Introduction: Woodwork Bench Vise From Scrap
I have needed a vise for woodwork for sometime and having made a new bench I thought it was time to take a look at what I could make without spending too much.
this may not be the best of instructables as I lost a lot of the pictures that should have been included but you should get the idea
Step 1: Materials
- Two Lengths of Hardwood for the jaws
- two lengths of hardwood for the mounts
- vise screws,handles and threaded fittings from a scrap workmate
- two lengths of steel bar diameter to suit the vise (stainless steel would be better)
- two metal pieces of flat metal (steel or aluminium is fine)
- two blots that fit the threaded fittings from the workmate ( mine were 8 mm)
- screws to mount the vise and fit the metal plates
Step 2: Joints and Layout
the first step is to decide what joint to use to join the mounts to the rear or fixed jaw, this could be a halflap joint or as in my example a mortise and tenon joint.
I started this by creating a tenon on both the mounting pieces, followed by marking the mortise on the fixed jaw so that the top of the jaw would be flush with the top of the bench, while marking this out it's a good idea to extend the mortise center line passed the mortise a little way towards the center so the holes for the vise screw are centered with the mounts.
With the mortises cut to fit the tenons we need to drill the two holes for the vise screws to pass through, you will need to measure the fittings to find the center for the hole as they vary between brands.
with the holes in the fixed jaw drilled clamp the front jaw to the fixed jaw and drill the front jaw through the fixed jaw so the holes align.
once drilled remove from the fixed jaw and enlarge the holes so the flared section of the vise screw can pass through comfortably (don't make it too tight or the flared section of the vise screw will bind against the jaw during operation).
Step 3: Metal Plates and Fittings
it's now time to turn our attention to the fittings.
for the vise to operate we need two metal plates with one hole in the center for the vise screw to pass through and at least 2 mounting holes, these can be either mounted on the front of the vise or recessed so the plate is flush with the front surface of the vise depending on your personal choice, I chose to recess mine but could have done a better job of it.
With the metal plates fitted, and the mounts push fitted into the mortises put the vise screws through the fixed jaw and wind the vise screws all the way into the threaded fittings removed from the workmate, then place your front jaw in position, you should now be able to mark the center line for the fixing bolt through the rear mount.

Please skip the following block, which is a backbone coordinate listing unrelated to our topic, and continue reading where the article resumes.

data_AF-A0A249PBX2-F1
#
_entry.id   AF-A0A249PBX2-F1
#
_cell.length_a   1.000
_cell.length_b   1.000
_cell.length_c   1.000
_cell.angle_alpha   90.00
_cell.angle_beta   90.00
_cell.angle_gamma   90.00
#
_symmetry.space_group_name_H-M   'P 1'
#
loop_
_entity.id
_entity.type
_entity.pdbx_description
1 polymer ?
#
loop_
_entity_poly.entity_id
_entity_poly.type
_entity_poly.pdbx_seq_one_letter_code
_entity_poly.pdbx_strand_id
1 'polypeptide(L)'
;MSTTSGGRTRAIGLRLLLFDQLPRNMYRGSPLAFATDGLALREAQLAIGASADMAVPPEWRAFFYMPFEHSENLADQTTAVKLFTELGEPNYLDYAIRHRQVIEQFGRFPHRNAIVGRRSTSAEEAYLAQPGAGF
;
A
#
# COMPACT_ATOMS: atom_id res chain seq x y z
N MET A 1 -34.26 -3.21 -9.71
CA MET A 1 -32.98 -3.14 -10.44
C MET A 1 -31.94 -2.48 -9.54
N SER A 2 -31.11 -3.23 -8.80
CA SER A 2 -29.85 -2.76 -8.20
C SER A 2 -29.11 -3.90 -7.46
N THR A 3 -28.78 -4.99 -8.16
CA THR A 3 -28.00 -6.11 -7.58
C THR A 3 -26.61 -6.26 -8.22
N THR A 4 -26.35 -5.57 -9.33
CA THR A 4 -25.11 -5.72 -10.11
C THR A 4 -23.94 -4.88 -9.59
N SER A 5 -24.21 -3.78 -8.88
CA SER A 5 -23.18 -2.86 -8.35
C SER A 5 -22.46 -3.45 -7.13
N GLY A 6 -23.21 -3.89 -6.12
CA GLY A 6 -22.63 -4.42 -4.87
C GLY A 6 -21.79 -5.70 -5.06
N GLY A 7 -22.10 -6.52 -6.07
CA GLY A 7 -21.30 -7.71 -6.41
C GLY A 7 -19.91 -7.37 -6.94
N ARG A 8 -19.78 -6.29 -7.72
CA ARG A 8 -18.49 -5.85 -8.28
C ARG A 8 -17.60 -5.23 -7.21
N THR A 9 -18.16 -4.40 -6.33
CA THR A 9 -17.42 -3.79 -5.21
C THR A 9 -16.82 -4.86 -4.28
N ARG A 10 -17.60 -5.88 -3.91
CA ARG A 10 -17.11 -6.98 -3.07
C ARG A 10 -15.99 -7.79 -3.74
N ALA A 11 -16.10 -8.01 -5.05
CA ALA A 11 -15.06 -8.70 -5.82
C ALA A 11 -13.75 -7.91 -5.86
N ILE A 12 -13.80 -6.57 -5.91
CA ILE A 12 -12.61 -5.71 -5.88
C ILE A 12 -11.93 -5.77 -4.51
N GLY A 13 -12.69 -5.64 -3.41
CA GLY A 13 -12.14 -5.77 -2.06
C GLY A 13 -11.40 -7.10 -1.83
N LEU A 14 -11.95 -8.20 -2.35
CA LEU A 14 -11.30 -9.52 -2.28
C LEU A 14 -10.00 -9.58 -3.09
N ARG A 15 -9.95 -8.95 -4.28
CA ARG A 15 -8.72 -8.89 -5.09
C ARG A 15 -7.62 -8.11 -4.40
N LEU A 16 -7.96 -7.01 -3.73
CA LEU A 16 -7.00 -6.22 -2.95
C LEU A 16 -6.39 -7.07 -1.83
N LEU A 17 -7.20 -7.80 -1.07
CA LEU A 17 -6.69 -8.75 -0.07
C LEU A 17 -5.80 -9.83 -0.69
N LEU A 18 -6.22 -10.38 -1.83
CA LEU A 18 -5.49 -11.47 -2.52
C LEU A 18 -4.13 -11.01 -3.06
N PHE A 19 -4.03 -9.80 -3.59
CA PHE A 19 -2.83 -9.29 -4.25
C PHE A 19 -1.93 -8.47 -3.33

at this point once assembled you would have a working vise but it would bind up very easy and the jaws would not stay inline very well, to combat this I added the two steel bars to act as guides the ones i chose to use were 16 mm plain steel which used to be a axle taken from an old sack truck (stainless steel would be better), these i have placed on the outer edges of the vise with one end fixed to the front jaw using epoxy resin and the other end passing through the fixed jaw
Step 4: Assembly
with all the parts made it's time to assemble
Apply you preferred wood glue to the tenons of the mounts and fit to the fixed jaw once dry you can further reinforce the joint by adding dowels from the bottom should you choose
fix the guide bars to the front jaw using epoxy resin and leave to cure, once cured (usually over night) you can complete the assembly of the vise then all's left to do is apply your favorite finish and fit to your bench
Step 5: Improvements
While this vise is working very well for me I think it could open and close a little smoother so I have ordered some bearings as in the picture above these are used on cnc machines and can be picked up from ebay quite cheaply, these I will fit them into the fixed jaw for the guide bars to pass through.
Step 6: Conclusion
Once again my apologies for the lack of pictures but I hope this helps someone to build their own.
The hardwood used in this project was from a machine pallet, the vise screws were from an old workmate and the guide bars were an axle from a sack truck so this cost me nothing to build and 100% recycled
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